“The experience we provided, the ability to reengage with those folks in telling them the broader story about the organization and what we do has been really important,” said Diego Vaccarezza, VP of enterprise media for CVS.
Being a highly-trusted retailer now puts CVS in the position to communicate with these customers about next best actions that are highly relevant and also respect their privacy and legal rights by complying with HIPAA (Health Insurance Portability and Accountability Act) regulations.
This relationship and trust with customers is why advertisers would want to connect with them through CVS retailer channels. Currently, CVS stores offer audio in-store exposure, but they have yet to develop in-store video signage similar to their competitor, Walgreens. That means there is still a tremendous amount of growth to be gained as Vaccarezza steers the ship he built in-house from scratch over the last six years and going live with the retail media network in 2020.
Digital and offline experiences. At the summit, brand people at Adidas and the retail chain Claire’s outlined their strategies to engage consumers on-site and in-store, while also presenting brand experiences on digital social platforms, as well as in metaverse virtual spaces. Younger consumers – including Gen Z and the even younger Gen Alpha – simply don’t see a clear distinction between a digital and a real-world experience. It’s all experiential to them.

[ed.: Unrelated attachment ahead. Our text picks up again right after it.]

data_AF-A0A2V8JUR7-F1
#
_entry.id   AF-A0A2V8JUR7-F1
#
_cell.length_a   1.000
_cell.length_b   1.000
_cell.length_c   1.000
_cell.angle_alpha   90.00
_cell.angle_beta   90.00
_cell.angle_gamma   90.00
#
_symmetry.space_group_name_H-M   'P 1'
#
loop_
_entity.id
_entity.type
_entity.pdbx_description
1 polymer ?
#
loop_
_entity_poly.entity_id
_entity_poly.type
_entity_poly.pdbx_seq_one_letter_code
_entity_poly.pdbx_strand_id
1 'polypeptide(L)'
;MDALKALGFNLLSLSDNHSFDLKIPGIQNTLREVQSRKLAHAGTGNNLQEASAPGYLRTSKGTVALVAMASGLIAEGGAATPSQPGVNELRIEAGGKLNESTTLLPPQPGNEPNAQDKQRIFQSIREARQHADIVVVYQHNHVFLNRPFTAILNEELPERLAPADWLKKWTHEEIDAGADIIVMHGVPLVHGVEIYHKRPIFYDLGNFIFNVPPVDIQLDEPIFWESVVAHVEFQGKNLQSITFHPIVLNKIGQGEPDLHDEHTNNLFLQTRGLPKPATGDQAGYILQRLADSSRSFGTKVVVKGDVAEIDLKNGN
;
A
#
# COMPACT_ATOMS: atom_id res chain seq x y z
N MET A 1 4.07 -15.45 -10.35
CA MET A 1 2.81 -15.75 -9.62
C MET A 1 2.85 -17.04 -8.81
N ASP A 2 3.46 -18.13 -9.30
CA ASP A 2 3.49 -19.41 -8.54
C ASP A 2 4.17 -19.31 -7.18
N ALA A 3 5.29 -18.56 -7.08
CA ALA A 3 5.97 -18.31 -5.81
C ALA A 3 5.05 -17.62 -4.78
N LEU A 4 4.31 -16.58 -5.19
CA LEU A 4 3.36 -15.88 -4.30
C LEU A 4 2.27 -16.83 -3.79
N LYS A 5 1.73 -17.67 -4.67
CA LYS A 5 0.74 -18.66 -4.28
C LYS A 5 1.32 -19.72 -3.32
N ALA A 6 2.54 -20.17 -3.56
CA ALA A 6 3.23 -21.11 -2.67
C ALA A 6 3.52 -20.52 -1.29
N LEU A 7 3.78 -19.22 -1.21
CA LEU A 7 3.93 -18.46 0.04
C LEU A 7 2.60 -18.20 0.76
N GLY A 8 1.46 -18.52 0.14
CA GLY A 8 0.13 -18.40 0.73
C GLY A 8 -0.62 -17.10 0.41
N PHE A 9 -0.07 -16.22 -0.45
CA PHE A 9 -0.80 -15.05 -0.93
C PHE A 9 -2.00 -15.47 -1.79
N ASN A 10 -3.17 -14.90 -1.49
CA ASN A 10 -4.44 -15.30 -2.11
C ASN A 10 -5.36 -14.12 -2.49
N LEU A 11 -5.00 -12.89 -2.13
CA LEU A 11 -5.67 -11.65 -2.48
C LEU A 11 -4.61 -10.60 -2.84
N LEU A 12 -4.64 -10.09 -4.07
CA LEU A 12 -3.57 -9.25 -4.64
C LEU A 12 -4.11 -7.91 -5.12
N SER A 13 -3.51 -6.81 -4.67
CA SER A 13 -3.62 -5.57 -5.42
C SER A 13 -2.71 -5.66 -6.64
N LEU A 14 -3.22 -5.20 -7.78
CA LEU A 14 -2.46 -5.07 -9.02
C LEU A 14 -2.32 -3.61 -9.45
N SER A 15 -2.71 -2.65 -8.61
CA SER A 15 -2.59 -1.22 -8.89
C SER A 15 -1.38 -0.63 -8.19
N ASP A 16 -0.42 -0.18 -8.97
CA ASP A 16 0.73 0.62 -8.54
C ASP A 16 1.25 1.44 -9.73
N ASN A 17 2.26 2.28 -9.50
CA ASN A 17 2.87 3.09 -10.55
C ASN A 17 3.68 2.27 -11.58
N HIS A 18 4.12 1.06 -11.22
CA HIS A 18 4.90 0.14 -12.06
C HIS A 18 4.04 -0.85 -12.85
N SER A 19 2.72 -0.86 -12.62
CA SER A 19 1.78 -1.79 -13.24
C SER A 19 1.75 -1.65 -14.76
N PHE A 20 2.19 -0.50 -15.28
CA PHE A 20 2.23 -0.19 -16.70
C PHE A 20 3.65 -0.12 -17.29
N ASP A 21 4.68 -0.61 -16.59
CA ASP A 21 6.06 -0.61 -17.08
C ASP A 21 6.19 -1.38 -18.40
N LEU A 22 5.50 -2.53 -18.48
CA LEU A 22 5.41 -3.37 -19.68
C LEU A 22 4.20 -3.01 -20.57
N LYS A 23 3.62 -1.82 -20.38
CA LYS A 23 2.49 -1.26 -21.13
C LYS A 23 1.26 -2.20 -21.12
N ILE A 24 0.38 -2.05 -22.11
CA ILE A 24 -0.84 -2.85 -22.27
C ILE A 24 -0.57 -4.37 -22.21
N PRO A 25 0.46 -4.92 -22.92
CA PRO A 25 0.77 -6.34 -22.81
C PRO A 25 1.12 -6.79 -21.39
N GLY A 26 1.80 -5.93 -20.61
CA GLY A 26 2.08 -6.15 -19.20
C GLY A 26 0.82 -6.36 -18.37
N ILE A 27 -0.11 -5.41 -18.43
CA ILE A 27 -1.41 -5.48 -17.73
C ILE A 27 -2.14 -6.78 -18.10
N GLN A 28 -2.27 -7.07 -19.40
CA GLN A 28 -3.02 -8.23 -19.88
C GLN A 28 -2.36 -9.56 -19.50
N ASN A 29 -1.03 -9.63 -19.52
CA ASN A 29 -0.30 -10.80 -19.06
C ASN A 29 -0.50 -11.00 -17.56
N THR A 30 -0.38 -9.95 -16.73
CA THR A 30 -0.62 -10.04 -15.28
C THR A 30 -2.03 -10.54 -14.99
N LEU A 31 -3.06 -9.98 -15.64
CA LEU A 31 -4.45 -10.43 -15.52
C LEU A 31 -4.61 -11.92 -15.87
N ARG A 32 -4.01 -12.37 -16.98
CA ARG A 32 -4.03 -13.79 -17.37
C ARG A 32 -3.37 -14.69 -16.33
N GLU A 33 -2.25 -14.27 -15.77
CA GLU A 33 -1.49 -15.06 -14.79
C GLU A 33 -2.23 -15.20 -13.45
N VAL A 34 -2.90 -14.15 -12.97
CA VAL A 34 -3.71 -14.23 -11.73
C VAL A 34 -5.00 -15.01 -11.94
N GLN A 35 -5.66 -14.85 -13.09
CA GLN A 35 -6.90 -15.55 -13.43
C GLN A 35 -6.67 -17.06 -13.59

“They really don’t delineate between that anymore,” Adidas VP global marketing Erika Wykes-Sneyd, “so that blurring area of virtual space is what is coming next – with this new wave of the metaverse, which includes everything from augmented reality, virtual reality, cryptocurrency, blockchain, NFTs and so on.”
For business purposes, the attendance at the DPAA Global Summit shows the interest in professionals of all ages who want to get together in real spaces. In 2021, the summit had under roughly 600 attendees, and this was in the fall before the Omicron variant produced a spike in pandemic infections. This year, as an updated booster rolled out, nearly 1,000 advertising professionals came to Chelsea Piers for the DPAA summit.